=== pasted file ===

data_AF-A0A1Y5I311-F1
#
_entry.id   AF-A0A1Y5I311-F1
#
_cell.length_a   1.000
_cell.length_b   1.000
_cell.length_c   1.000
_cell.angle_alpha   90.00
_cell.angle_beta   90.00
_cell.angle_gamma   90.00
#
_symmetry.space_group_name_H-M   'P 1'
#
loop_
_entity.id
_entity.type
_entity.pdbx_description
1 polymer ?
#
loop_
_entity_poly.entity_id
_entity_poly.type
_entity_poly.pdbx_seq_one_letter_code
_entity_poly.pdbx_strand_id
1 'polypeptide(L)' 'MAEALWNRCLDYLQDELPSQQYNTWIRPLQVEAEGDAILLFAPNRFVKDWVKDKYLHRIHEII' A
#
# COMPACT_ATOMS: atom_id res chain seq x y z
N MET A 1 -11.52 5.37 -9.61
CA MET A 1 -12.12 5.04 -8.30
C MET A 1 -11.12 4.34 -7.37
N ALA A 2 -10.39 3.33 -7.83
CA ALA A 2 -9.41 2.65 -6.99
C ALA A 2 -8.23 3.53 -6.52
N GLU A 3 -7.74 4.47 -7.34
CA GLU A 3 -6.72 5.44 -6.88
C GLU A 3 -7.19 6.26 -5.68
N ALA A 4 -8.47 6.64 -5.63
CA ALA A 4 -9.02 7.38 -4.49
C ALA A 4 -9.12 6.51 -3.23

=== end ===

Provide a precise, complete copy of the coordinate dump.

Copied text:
data_AF-A0A1Y5I311-F1
#
_entry.id   AF-A0A1Y5I311-F1
#
_cell.length_a   1.000
_cell.length_b   1.000
_cell.length_c   1.000
_cell.angle_alpha   90.00
_cell.angle_beta   90.00
_cell.angle_gamma   90.00
#
_symmetry.space_group_name_H-M   'P 1'
#
loop_
_entity.id
_entity.type
_entity.pdbx_description
1 polymer ?
#
loop_
_entity_poly.entity_id
_entity_poly.type
_entity_poly.pdbx_seq_one_letter_code
_entity_poly.pdbx_strand_id
1 'polypeptide(L)' 'MAEALWNRCLDYLQDELPSQQYNTWIRPLQVEAEGDAILLFAPNRFVKDWVKDKYLHRIHEII' A
#
# COMPACT_ATOMS: atom_id res chain seq x y z
N MET A 1 -11.52 5.37 -9.61
CA MET A 1 -12.12 5.04 -8.30
C MET A 1 -11.12 4.34 -7.37
N ALA A 2 -10.39 3.33 -7.83
CA ALA A 2 -9.41 2.65 -6.99
C ALA A 2 -8.23 3.53 -6.52
N GLU A 3 -7.74 4.47 -7.34
CA GLU A 3 -6.72 5.44 -6.88
C GLU A 3 -7.19 6.26 -5.68
N ALA A 4 -8.47 6.64 -5.63
CA ALA A 4 -9.02 7.38 -4.49
C ALA A 4 -9.12 6.51 -3.23